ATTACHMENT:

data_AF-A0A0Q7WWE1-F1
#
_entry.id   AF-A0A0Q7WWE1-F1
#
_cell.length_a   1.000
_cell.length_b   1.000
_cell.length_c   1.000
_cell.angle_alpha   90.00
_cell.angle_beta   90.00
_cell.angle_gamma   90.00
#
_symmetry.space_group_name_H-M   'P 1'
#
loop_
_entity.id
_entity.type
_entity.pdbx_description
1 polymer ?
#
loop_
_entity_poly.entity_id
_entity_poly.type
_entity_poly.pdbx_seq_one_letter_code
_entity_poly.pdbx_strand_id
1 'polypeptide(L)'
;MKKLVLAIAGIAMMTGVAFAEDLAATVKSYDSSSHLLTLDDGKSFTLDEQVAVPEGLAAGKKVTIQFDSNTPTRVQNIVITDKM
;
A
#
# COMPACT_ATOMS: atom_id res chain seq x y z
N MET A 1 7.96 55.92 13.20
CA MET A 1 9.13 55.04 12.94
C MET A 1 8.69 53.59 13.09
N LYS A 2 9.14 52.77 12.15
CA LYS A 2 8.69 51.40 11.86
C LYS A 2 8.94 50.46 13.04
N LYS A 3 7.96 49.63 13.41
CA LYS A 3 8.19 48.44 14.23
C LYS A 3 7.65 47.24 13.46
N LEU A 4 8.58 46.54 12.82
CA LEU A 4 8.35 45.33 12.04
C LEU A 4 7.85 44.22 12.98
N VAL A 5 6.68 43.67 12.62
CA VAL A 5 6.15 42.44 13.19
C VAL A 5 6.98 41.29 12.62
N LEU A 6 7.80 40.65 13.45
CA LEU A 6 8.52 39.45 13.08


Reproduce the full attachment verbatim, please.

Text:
data_AF-A0A0Q7WWE1-F1
#
_entry.id   AF-A0A0Q7WWE1-F1
#
_cell.length_a   1.000
_cell.length_b   1.000
_cell.length_c   1.000
_cell.angle_alpha   90.00
_cell.angle_beta   90.00
_cell.angle_gamma   90.00
#
_symmetry.space_group_name_H-M   'P 1'
#
loop_
_entity.id
_entity.type
_entity.pdbx_description
1 polymer ?
#
loop_
_entity_poly.entity_id
_entity_poly.type
_entity_poly.pdbx_seq_one_letter_code
_entity_poly.pdbx_strand_id
1 'polypeptide(L)'
;MKKLVLAIAGIAMMTGVAFAEDLAATVKSYDSSSHLLTLDDGKSFTLDEQVAVPEGLAAGKKVTIQFDSNTPTRVQNIVITDKM
;
A
#
# COMPACT_ATOMS: atom_id res chain seq x y z
N MET A 1 7.96 55.92 13.20
CA MET A 1 9.13 55.04 12.94
C MET A 1 8.69 53.59 13.09
N LYS A 2 9.14 52.77 12.15
CA LYS A 2 8.69 51.40 11.86
C LYS A 2 8.94 50.46 13.04
N LYS A 3 7.96 49.63 13.41
CA LYS A 3 8.19 48.44 14.23
C LYS A 3 7.65 47.24 13.46
N LEU A 4 8.58 46.54 12.82
CA LEU A 4 8.35 45.33 12.04
C LEU A 4 7.85 44.22 12.98
N VAL A 5 6.68 43.67 12.62
CA VAL A 5 6.15 42.44 13.19
C VAL A 5 6.98 41.29 12.62
N LEU A 6 7.80 40.65 13.45
CA LEU A 6 8.52 39.45 13.08